Student loan borrowers can be hard to understand in the financial world.

How can a student be so far behind on payments?

How do they qualify for a hardship loan?

And what does it mean to have a student loan defaulted on?

For many borrowers, their loan history can be difficult to understand, especially if they’ve been struggling with debt all their lives.

A recent Consumer Reports survey found that one in five borrowers who received a loan cancellation notice said that they hadn’t even thought about it.

“I’m really, really confused,” said Erin Krawiec, a 26-year-old college student in Indiana.

“It’s a huge shock to my wallet.”

Krawietcy and her husband, Alex, have been struggling for years.

The couple started looking into getting a mortgage last year, and they’ve since paid off a mortgage, but that’s not enough.

The Krawies have been looking at refinancing their loan with an underwater lender, but they’ve had to wait years to find that out.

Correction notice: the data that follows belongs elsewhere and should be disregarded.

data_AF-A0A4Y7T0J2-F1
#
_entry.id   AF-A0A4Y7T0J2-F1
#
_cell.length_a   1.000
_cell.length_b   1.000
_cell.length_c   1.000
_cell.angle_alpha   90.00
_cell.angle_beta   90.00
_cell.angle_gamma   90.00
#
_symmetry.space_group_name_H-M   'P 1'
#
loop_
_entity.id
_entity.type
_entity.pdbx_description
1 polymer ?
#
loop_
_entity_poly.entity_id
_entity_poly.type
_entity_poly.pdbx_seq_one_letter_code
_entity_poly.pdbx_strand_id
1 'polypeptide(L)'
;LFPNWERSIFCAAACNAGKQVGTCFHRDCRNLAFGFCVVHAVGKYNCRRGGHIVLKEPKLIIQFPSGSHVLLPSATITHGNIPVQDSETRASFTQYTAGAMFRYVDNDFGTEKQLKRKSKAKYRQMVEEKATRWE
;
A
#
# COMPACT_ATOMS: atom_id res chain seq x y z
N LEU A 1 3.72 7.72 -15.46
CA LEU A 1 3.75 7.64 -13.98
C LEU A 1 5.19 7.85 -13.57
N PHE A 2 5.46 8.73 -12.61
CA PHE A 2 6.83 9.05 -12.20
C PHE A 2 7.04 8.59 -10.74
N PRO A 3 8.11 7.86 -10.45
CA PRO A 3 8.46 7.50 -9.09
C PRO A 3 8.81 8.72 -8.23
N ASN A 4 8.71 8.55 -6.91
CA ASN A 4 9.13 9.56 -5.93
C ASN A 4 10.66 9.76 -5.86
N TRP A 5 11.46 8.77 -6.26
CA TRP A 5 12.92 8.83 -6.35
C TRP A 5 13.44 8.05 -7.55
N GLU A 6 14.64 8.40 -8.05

Krawietc, who is attending Indiana University, has been struggling since 2013 when she was first laid off from a factory job.

She and her boyfriend had been working for an automotive parts supplier when they decided to apply for a home loan.

The company closed in 2014 and the couple, along with a group of their friends, had to leave their homes.

Krewiec says the job lost its stability, and the financial pain of the layoffs and the loss of income sent her into a depression.

But after refinancing her loan, she started making monthly payments on time and was able to keep her home and her friends.

“It was definitely a difficult time, but I really thought that if I just went through it, I would be fine,” she said.

“But now, I’m struggling.

I’m still struggling.”KRAWIEC said she’s been on the phone with the company multiple times, but has been unable to get the paperwork to move forward, despite numerous calls.”

We’re waiting for the paperwork and waiting for them to get in front of the court,” she added.

She said she has never seen a default notice before and has no idea what the consequences of having a loan cancelled are.

“What is going to happen to me if I don’t pay this?

How are I going to pay for my home?

What if I can’t pay for it?

It’s very, very stressful.”

For many, getting their loan canceled means that they’ll have to go back to school.

“If I don’ have a job, I have to make payments,” Krawiettcy said.

If you or someone you know needs help with student loan debt, call Student Debt Help Line at 1-800-821-7272.